So we have a new boss at TechTarget, Josh. He’s based on Boston but in SF for the week, and I asked him, “What’s the one thing about our industry that’s most confusing to you?"
He answered immediately: App virtualization. People use “app virtualization” to describe remote apps (XenApp, etc.), and for things like App-V and ThinApp, for “new” approaches like FSLogix, Liquidware, and AppVolumes. Citrix has AppDisk, Unidesk talks about layers (or not), people are talking about “container-based” solutions, and of course there’s also app streaming and app refactoring... But really what’s the difference? And how do these all work anyway?
So in this article, I’m going to attempt to sort this out. (For the techies reading this, you’ll see that I’ve dumbed things down a bit, and the examples are trivial, but the gist of things is correct.)
Just like how the word “virtualization” is overloaded to mean a bunch of different things depending on which vendor you talk to, the term “app virtualization” is also used by lots of different vendors to mean lots of different things. (Since app virtualization is hot right now, it seems that almost every vendor in our space has managed to apply the term to something they offer.)
Understanding traditional (not virtual) Windows applications
To understand the concept of app virtualization, we first need to look at how Windows desktop applications work when they’re *not* virtualized. (e.g. How things work the traditional way.)
When you install an application (like Microsoft Office) onto a Windows computer, the installer program puts lots of different files in many places on the computer. Actual program files that run Word are installed into C:\Program Files\Microsoft Office\. Some shared DLL files are put into the central Windows system folder. Font files go into the fonts folder. Personalization files might go into the user’s profile folder. Etc, etc. Long story short, there are files everywhere!
Windows computers also have the Registry which is a hierarchical database which contains all sorts of low-level system information, including how Windows system files work, device drivers, services, user interface settings, personalization settings, app settings, printer settings, file type associations, and about a million other little things. Most Windows desktop applications also add or modify registry keys they need to function properly.
Long story short, installing an application on a Windows computer copies lots of files to lots of different locations, and it adds and updates lots of registry keys it needs to work. This is fine when you just have one application installed, but as soon as you start installing more applications, things can get messed up.
- One application might install some shared DLL file to a system location, and then another application needs a different version of that file overwrites it, and now the first application doesn’t work.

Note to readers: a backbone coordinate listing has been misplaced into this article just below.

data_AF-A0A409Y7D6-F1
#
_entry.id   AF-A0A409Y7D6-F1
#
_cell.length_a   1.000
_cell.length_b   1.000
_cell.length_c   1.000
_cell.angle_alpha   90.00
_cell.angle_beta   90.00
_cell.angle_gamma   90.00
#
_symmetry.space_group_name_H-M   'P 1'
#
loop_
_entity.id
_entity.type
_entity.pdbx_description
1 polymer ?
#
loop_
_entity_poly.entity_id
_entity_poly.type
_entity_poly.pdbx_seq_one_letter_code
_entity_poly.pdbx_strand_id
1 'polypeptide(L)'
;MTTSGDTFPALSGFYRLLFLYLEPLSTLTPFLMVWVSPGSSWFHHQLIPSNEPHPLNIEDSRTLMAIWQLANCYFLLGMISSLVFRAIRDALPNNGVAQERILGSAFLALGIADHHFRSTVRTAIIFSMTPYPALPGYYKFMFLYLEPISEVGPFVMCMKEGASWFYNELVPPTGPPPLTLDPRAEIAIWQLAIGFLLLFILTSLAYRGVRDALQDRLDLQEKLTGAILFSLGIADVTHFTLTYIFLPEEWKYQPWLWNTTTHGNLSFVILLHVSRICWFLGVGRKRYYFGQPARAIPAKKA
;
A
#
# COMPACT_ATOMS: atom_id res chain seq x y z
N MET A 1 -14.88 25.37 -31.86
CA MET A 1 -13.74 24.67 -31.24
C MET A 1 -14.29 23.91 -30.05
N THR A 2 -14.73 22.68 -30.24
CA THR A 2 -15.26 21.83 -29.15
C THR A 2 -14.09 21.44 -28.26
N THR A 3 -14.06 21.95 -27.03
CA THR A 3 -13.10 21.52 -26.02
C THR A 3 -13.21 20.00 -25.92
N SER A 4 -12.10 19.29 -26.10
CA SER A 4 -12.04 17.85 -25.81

- One application might install some shared file, then later you uninstall that application, and it removes that shared file not knowing that some other application needed it, and the other application breaks.
- One application might store its settings in a file like C:\windows\settings.ini, and a second completely unrelated application might *also* use C:\windows\settings.ini for its settings, and the two apps are confused because they’re trying to use the same settings file but for two different purposes.
- The same is also true for Windows services (two apps trying to install their own service with the same name), or with device drivers, or registry keys, or lots of other problems where things “crash."
In addition to the problems with different Windows applications breaking each other and generally not working well together, there are a few other limitations with traditionally-installed applications in virtual desktop environments, including:
- Many virtual desktop solutions are based on “shared” disk images used by lots of users. Unfortunately if you install applications in a traditional way, that means you have to essentially install every application that every user would ever need into your base image. Not only is this expensive (in terms of licensing because you need to license every user for every app), it also increases your chance that two apps will conflict with each other since you have so many apps.
- An alternative is to just install the apps that each users needs “on demand,” but as you know, installing new apps takes a long time (like what, 15 minutes to install Office), so it’s not practical to go through the whole application installation process for each user’s own apps every time they log in.
The solution? App virtualization!
Put simply, the solution to this is instead of actually installing your Windows applications in the traditional way, you “virtualize” them. At the most generic level, app virtualization just means that from the user’s standpoint, it appears as if an application is installed, but in reality it is not installed in the traditional way as I outlined above.
So how are virtualized apps installed? The answer really depends on what app virtualization technology is being used, since they all work in different ways. That said, ALL app virtualization solutions have two things in common:
- From the user’s perspective, a virtual app looks like a “regular” app. They just click the app name in the Start Menu, or they double-click a file to open it in an app, and boom, the app pops up and they’re using it like normal.
- Even though the app looks and feels like a normal app, it was *not* installed like a normal app.
Let’s dig into all the different types of app virtualization (in random order):
App Virtualization Technique #1: Remote Applications
The first type of app virtualization can be called “remote apps”, “app remoting”, or sometimes “server-based applications.” With remote apps, the Windows application is not installed on the computer the user is using. Instead it’s installed on some other Windows computer. (That computer could be on premises in the company’s own datacenter, or at a remote hosting company, or in the cloud.)
With app remoting, the application is running on a remote Windows computer, but the individual pixels that make up the application’s window(s) are transmitted from the remote computer to the user’s computer. Think of this like Netflix streaming for apps. The app is running somewhere else, but the window frame showing the app is on the user’s computer, so the user thinks the app is running locally. (Obviously also any keys the user pushes and mouse clicks are transmitted up from their computer to the remote copy of the application.)